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May 2021 Issue
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If the shoe fits

Living Simply owner Ben Sinclair says every boot fitting should start with a foot measurement

Living Simply owner and boot-fitting legend Ben Sinclair shares his tips for getting the right fit the first time.

What’s the first step in a comprehensive boot fitting?
The first thing you want to do is measure the customer’s foot – that gives you the information for where to start the fitting. But you also need to know how your range of boots fit in terms of shape and volume, and then find the most suitable boots in the right category for the customer. You can’t just measure someone’s foot and say that’s your number – there’s so much more to the fitting process.

Is it important to measure both feet?
Definitely. You will often find there is one foot longer or wider than the other, sometimes up to a whole size. It’s good to have that in mind for when you’re testing on the downhill, as the longer foot is the one you need to be more aware of.

How can you tell if staff know their stuff?
See whether or not they actively try and measure your foot. If they just ask, ‘what size are you’, and then go out the back for some boots for you to try on, that’s your chance to run. You may think you know exactly what size you are, but I can fit between a 43 and a 45 depending on the shoe. The number on the boot is just a general indication of sizing, there is so much variance between brands. That could be the first red flag.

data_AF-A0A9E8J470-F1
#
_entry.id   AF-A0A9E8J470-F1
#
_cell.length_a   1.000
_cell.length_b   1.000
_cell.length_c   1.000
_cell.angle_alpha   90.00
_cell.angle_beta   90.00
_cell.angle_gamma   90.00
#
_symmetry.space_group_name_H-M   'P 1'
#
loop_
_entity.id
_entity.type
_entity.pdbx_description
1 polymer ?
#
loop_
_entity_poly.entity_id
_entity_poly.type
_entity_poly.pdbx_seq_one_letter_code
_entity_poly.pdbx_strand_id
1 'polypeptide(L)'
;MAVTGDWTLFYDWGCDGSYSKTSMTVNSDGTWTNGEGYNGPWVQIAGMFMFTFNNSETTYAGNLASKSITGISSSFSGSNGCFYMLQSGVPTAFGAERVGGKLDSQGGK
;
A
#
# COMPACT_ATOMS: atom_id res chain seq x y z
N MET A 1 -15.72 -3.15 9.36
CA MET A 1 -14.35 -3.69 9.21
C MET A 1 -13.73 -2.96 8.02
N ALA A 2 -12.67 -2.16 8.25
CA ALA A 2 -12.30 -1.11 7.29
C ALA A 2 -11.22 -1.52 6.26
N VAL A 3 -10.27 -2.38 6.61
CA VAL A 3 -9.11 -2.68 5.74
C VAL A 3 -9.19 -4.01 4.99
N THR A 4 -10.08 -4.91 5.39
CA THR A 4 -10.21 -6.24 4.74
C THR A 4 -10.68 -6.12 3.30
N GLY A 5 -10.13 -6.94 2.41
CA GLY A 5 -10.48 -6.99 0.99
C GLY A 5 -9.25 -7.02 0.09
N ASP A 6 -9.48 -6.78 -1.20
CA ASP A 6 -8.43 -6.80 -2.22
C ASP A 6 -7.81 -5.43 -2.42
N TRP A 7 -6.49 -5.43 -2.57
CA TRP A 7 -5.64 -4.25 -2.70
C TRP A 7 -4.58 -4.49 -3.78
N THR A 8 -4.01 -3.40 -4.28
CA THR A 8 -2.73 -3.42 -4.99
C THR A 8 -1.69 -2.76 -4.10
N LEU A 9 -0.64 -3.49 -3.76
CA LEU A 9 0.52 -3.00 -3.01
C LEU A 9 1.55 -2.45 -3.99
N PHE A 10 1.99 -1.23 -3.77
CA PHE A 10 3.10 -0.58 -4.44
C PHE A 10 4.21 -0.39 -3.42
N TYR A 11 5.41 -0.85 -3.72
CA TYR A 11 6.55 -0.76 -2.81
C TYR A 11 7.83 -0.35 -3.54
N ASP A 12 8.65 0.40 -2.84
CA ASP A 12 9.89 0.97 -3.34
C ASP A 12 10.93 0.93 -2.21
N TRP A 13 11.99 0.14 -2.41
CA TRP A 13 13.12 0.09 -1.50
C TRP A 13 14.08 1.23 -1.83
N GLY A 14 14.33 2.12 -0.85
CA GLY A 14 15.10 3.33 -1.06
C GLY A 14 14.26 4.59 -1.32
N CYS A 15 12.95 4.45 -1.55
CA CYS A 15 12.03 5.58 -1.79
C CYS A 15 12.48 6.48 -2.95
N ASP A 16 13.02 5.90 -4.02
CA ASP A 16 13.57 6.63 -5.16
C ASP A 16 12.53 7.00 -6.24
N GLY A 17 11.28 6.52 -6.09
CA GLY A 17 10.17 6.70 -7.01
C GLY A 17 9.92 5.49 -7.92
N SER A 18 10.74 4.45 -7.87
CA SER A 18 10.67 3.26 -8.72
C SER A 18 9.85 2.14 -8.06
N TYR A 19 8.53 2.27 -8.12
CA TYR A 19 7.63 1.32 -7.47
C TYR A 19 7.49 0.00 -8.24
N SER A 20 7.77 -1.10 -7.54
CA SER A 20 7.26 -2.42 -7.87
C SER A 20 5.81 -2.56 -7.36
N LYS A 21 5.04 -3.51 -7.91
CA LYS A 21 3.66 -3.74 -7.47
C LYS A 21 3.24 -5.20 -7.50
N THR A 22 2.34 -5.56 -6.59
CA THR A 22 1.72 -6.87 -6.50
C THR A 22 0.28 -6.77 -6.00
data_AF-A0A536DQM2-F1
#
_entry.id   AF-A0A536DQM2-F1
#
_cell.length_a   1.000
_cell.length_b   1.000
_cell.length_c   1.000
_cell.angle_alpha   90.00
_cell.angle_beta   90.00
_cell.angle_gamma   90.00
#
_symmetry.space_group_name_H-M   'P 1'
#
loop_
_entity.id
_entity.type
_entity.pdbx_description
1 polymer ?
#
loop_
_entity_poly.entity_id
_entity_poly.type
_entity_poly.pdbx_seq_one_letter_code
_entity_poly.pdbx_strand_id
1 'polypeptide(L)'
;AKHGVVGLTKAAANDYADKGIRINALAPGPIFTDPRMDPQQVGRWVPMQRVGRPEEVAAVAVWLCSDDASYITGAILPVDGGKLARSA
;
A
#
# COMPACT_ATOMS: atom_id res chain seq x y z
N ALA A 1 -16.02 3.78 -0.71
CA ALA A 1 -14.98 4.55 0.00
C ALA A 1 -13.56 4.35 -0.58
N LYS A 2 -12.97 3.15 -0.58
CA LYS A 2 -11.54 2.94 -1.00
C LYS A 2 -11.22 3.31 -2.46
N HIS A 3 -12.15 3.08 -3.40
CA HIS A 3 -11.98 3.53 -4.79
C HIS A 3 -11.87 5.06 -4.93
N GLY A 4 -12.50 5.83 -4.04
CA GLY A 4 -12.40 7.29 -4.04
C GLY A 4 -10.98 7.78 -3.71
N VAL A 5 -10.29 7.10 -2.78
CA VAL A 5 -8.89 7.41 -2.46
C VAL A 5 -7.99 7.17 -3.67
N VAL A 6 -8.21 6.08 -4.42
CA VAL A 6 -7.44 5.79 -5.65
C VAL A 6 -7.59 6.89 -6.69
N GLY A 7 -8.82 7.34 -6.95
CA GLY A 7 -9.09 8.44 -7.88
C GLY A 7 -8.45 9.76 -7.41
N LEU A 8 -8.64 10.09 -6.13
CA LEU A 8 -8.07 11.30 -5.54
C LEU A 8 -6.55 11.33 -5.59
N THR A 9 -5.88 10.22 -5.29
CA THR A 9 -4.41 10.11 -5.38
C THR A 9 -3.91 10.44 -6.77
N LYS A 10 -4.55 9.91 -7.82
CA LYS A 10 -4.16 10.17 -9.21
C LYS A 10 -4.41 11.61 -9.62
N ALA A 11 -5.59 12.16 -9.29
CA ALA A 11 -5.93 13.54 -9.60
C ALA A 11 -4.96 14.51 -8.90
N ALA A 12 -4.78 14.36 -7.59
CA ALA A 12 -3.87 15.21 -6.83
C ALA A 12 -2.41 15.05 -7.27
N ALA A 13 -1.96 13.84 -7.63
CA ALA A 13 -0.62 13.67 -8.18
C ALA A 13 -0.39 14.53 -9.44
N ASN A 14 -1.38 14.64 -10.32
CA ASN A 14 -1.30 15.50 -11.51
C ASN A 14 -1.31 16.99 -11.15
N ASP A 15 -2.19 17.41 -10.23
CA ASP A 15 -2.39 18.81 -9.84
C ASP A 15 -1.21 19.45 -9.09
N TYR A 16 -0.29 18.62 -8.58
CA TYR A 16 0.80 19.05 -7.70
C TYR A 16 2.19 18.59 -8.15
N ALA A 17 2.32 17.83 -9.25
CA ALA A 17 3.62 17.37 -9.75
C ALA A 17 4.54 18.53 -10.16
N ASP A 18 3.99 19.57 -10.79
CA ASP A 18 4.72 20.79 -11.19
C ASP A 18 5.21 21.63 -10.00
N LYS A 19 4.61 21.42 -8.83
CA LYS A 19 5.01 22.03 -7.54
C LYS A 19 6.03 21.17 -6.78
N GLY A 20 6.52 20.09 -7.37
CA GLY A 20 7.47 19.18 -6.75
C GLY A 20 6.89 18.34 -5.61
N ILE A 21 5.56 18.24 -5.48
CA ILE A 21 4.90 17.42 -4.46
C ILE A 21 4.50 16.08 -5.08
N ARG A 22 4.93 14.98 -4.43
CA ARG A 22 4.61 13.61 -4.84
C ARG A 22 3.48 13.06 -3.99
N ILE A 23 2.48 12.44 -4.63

Is it worth looking at half sizes?
Half a size can make all the difference. People will often be accustomed to the sizing of their street shoes, which are typically undersized as people can get away with this in an urban environment. But the correct fit and feel of a hiking boot is to be slightly oversized, which can be hard for people to wrap their head around. An undersized boot will potentially stretch in width, but it will never get longer.

What’s the best in-store test for customers trying on boots?
Simulating a downhill walk is invaluable. Once you have selected the boot model and size, this is the most tangible test for ensuring your toes don’t hit the front. You’re always going to slide forwards on the downhill, but you need enough space at the front for your toes not to feel pressure on the tips. You can get a quick idea of how much room there will be in front of your toes if you loosen the laces, stand on a weighted foot and push your foot forward. Use a finger to gauge how much space there is behind your heel. This will be your toe box spacing when the laces are tightened.

Do socks make a difference when boot fitting?
It’s important to have the right thickness of socks to match the type of footwear you’re trying and avoid over or under-sizing the boot. If it’s a tramping boot, you’ll want a mid to high cushioned sock. The customer’s foot width can also determine what the optimum sock will be as low volume feet need more padding. If you’re having blister issues, a liner sock can help on the trail, but when you’re fitting, the key is to have one good pair of the right socks.

What should trampers know about boot flex?
A high volume, heavy pack on a harder trail will require a more rigid boot to ensure stability and avoid fatigue. Carrying a day pack or walking an easier trail, you’ll want a softer flex boot. Ideally, you would have two pairs of boots – a lighter day hiker or overnight boot, and then your multi-day boot. Most people when starting out will compromise somewhere in the middle and make do.